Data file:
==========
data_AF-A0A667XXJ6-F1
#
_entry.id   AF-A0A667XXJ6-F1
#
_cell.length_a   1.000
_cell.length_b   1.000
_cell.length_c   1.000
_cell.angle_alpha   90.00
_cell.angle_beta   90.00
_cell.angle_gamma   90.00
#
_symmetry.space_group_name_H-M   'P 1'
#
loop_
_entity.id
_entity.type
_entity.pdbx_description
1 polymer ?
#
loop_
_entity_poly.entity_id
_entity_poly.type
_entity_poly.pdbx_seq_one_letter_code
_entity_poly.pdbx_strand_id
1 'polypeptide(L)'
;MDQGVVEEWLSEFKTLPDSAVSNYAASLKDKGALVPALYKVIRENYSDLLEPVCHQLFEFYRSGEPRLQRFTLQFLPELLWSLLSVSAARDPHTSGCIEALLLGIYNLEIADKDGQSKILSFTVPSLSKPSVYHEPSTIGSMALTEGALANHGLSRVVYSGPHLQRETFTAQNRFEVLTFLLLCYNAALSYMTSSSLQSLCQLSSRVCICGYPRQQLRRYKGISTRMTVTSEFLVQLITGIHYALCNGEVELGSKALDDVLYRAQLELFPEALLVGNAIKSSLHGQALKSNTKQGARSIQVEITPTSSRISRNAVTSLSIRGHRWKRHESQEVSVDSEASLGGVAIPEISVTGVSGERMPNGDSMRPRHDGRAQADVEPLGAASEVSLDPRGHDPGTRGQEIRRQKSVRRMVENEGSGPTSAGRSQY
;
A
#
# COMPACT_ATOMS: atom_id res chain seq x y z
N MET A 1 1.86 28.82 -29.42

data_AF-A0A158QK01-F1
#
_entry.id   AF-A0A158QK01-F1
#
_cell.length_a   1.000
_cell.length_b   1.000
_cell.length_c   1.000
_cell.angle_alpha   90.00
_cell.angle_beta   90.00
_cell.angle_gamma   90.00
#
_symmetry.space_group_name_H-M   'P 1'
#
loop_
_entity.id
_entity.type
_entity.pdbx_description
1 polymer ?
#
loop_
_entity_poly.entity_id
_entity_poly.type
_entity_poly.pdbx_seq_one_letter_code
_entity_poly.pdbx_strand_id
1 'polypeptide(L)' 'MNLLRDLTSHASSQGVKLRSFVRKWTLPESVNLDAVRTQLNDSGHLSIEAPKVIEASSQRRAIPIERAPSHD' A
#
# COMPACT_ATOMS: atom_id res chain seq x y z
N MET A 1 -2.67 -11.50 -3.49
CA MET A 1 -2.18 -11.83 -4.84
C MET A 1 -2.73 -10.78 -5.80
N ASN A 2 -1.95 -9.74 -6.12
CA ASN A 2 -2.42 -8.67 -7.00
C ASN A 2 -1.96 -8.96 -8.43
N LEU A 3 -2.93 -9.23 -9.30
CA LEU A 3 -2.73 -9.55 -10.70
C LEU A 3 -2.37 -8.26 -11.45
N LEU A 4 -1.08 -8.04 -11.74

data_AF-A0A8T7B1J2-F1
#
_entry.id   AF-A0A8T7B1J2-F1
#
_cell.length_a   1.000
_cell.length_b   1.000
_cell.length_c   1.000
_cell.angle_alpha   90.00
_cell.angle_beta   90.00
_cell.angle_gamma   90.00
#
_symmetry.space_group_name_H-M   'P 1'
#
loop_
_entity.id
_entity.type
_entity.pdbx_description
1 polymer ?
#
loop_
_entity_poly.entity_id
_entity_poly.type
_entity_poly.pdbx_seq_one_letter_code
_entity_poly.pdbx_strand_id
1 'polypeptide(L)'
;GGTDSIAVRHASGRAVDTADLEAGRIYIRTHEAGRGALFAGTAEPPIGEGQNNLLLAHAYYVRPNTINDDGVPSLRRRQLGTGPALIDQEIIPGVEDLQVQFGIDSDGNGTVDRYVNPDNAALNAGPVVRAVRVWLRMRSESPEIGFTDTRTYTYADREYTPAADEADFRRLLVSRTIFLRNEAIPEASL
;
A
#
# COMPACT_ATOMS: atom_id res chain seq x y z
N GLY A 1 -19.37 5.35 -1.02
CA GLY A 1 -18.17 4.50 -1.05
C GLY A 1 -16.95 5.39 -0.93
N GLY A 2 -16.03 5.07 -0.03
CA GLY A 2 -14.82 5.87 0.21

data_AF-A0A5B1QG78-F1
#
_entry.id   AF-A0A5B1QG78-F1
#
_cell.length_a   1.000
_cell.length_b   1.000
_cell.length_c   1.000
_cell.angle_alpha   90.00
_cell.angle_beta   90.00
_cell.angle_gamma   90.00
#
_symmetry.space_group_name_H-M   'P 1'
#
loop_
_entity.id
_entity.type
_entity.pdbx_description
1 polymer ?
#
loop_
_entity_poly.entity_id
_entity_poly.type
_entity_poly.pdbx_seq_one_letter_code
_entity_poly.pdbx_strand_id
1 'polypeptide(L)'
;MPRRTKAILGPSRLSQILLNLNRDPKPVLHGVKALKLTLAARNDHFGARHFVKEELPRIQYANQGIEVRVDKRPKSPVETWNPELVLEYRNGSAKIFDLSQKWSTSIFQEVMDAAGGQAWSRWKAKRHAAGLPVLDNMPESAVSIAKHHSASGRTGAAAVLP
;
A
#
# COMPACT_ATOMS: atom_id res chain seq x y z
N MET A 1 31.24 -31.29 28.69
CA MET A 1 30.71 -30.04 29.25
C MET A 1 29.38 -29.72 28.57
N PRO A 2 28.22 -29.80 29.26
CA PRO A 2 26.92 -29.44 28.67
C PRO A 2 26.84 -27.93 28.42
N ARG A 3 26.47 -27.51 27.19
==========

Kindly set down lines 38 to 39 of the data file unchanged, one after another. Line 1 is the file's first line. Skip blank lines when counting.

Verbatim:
_cell.length_c   1.000
_cell.angle_alpha   90.00